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Canadian hockey player Sidney Crosby takes part of a press conference at the NHL Players Association offices on Bay St., in the middle of the negotiations aimed to end the NHL lockout Toronto October 18 2012. (Fernando Morales/The Globe and Mail)
Canadian hockey player Sidney Crosby takes part of a press conference at the NHL Players Association offices on Bay St., in the middle of the negotiations aimed to end the NHL lockout Toronto October 18 2012. (Fernando Morales/The Globe and Mail)

NHLPA

Crosby leads players against league's 'hard-line offers' Add to ...

They took to the microphone one after another, a trio of Canadian captains of NHL teams ready to express their anger, disappointment and disbelief over the state of labour negotiations.

First came Chicago Blackhawks captain Jonathan Toews and then Phoenix Coyotes captain Shane Doan.

And, somewhat fittingly given what’s on the line, they were anchored by Sidney Crosby, the face of the sport.

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On an ugly day for the game, one in which it was essentially determined the 2012-13 lockout will claim at least some regular-season games, the Pittsburgh Penguins star wasn’t his usual blasé self, as he took aim at what he saw as the league’s lack of “willingness to negotiate.”

This was Crosby with his heart in the fight – one he had hoped would end with any of the three proposals the National Hockey League Players’ Association made at the union’s head offices on Thursday.

“You come with three proposals, thinking you have a chance to gain momentum and it’s shutdown within 10 minutes,” Crosby said, calling the owners’ proposals to date “hard-line offers.”

“It’s not even given a day to think about or crunch numbers. It’s shutdown within minutes. That doesn’t seem like a group that’s willing to negotiate. I mean that’s pretty clearly take it or leave it.”

Historically, the NHL’s stars have rarely been at the front of labour wars. And in Crosby’s case, he hardly has much to gain by stepping into the fray.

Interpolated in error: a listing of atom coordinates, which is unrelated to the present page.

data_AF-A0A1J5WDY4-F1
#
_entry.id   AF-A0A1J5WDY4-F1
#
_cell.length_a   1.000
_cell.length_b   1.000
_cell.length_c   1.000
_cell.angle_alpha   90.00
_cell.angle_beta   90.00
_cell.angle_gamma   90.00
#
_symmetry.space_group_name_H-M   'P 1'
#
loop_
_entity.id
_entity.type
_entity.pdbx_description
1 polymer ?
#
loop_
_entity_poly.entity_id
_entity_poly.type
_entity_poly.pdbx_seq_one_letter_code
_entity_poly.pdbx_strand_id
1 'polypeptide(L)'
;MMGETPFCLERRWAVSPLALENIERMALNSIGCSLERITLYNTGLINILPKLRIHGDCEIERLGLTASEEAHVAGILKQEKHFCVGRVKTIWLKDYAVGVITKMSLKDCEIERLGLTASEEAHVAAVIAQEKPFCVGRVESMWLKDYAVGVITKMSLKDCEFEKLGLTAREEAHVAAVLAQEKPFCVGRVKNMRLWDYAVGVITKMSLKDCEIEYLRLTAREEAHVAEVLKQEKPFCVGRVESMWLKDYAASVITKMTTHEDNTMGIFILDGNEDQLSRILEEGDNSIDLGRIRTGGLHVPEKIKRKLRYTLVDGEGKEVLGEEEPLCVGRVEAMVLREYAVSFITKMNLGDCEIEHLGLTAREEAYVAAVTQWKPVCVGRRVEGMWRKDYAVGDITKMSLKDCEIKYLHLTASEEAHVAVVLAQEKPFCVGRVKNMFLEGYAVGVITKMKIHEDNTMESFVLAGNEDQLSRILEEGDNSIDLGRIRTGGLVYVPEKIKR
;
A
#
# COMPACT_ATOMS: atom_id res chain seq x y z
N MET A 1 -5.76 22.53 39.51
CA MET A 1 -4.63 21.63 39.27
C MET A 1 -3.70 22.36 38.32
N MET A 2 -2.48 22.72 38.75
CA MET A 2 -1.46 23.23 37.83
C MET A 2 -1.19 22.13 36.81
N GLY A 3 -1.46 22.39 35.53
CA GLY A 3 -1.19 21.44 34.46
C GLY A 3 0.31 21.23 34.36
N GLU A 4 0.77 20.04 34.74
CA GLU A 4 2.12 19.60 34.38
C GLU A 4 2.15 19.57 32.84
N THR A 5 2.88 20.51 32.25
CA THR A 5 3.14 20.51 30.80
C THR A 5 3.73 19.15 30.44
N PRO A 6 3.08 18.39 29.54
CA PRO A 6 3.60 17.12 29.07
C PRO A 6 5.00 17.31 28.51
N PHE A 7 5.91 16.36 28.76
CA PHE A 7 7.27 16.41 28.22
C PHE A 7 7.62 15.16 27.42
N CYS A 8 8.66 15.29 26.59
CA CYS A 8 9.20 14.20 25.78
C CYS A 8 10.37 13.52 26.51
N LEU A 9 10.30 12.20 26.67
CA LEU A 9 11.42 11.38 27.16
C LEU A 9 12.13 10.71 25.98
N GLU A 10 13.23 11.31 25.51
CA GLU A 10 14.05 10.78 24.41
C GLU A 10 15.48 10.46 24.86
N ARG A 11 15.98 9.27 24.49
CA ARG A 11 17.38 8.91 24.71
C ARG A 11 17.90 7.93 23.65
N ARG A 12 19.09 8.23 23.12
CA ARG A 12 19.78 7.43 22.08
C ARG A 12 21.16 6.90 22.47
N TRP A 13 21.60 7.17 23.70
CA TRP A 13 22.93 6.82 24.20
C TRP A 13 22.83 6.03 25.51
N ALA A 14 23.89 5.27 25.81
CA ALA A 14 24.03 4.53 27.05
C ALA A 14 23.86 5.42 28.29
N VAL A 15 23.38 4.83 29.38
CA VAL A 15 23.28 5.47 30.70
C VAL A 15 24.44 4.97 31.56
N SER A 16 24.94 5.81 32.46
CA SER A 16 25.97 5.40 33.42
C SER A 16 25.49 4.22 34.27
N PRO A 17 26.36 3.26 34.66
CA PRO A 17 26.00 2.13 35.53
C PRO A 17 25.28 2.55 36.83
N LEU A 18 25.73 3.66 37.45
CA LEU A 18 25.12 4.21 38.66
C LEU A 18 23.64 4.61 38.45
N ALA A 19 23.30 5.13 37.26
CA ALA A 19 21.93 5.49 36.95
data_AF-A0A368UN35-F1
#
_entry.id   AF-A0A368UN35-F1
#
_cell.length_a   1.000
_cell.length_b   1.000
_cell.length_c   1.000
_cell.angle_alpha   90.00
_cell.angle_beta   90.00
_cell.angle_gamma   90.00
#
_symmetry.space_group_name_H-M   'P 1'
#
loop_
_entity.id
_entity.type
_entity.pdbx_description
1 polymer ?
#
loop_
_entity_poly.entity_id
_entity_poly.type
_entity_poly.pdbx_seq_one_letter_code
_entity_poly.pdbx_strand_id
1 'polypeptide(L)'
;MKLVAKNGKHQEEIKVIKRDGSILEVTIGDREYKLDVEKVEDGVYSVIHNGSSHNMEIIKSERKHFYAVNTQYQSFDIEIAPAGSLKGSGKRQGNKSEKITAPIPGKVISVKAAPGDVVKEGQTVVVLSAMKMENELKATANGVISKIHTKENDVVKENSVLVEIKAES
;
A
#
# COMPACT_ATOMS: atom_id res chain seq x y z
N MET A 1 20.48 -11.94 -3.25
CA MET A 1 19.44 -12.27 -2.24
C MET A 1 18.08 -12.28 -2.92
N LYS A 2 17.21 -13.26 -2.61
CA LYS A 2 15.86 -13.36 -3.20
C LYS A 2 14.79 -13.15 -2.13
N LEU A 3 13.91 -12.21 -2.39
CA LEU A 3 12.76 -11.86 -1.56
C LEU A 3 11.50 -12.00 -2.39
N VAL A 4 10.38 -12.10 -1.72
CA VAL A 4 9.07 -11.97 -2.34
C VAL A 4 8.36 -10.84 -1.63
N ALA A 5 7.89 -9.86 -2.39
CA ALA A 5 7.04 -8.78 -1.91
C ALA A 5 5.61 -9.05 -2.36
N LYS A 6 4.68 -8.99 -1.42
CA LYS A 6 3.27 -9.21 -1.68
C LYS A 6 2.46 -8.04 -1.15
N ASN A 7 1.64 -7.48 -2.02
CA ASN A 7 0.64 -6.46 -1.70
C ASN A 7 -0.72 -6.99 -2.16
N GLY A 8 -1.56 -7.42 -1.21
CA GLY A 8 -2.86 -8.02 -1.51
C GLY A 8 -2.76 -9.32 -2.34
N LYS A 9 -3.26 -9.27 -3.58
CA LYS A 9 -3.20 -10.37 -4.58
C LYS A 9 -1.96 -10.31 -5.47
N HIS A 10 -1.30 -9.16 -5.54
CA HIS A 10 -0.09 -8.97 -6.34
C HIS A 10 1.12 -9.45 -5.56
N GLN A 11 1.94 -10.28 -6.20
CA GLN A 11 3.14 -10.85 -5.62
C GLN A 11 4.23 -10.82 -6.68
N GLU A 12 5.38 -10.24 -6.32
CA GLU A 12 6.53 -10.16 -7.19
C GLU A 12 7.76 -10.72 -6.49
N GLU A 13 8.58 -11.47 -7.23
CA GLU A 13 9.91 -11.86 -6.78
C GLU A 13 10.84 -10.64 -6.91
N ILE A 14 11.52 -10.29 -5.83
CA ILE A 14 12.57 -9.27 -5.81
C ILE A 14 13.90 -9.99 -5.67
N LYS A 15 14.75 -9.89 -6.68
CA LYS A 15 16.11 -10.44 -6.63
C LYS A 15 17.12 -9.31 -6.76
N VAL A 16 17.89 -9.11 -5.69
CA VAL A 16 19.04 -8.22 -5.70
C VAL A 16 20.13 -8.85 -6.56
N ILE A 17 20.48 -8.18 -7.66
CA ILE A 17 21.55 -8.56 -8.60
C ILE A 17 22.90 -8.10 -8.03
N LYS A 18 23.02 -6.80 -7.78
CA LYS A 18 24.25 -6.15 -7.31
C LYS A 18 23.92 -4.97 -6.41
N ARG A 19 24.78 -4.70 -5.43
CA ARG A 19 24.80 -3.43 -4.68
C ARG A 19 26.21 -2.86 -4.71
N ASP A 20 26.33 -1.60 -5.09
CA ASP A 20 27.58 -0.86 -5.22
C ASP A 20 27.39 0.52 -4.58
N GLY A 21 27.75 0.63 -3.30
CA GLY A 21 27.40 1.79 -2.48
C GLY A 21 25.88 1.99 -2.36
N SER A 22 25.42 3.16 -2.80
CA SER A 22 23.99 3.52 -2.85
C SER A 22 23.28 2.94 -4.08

While he would lose a chunk of his $7.5-million (all currency U.S.) salary next season under the owners’ proposal, it’s likely the vast majority of the 12-year, $104-million extension that kicks in beginning in 2013 would wind up in his bank account provided he continues to play.

But this is a fight that’s become more about the principle than the dollars and cents for many of the players.

All three of Toews, Doan and Crosby spoke to the players’ central goal on Thursday – to be paid the full amount on their existing contracts – and appear united behind the notion that ownership put huge figures down on deals leading into the lockout and now wants to pay out less than 100 per cent of what’s there.

With negotiations breaking down yet again, the bad blood and war of words appeared to escalate, with the three normally uncontroversial players all speaking candidly on the subject.

“We’ve been more than willing to bargain and negotiate fairly,” Toews said. “We’re willing to eventually work toward 50-50 [split of revenues]. For the time being, we just want them to honour the current contracts we’re under right now. That’s pretty much all we’re asking.”

“They wanted us to meet them at 50-50 and we did,” Doan said. “We’re trying to do everything we can to make it work.”

After the series of press conferences by commissioner Gary Bettman, NHLPA head Donald Fehr and the three players, the union held a conference call with a larger portion of its membership to inform them of the bad news.

In the hours that followed, players began to take to social media to express their outrage over the situation directly to a increasingly apathetic and angry fan base, many of whom began responding back.

“I hate myself for thinking the owners would be reasonable,” Nashville Predators defenceman Hal Gill tweeted.

That the ugliness has spilled over so publicly to being between the league’s marquee stars, owners and fans is hardly good for the NHL’s image coming out of this dispute, whenever that may finally be.

Meanwhile, even Crosby is losing faith an agreement can be reached in time to save games. He said Thursday he will now more seriously consider going to play in Europe, as the potential for a lost season continues to grow.

“In a nutshell, it doesn’t look good right now,” Crosby said.
 

CROSBY’S CUT

Under the owners’ proposed 50-50 deal, Pittsburgh Penguins star Sidney Crosby’s salary in the upcoming six seasons would likely be affected by escrow, potentially by an estimated $2.5-million depending on how league revenues and player salaries grow. A “make whole” provision in the deal could return about half of that to him later in the agreement.

     
 

Crosby’s salary

Under owners’ offer

Salary lost*

 

2012-13

$7.5-million

$6.67-million

$830,481

 

2013-14

$12-million

$11.49-million

$513,632

 

2014-15

$12-million

$11.67-million

$332,668

 

2015-16

$12-million

$11.68-million

$316,826

 

2016-17

$10.9-million

$10.63-million

$274,080

 

2017-18

$10.9-million

$10.64-million

$261,029

 
     

*– salary lost in Years 1 and 2 of agreement would be returned over time by taking cut out of future player salary share

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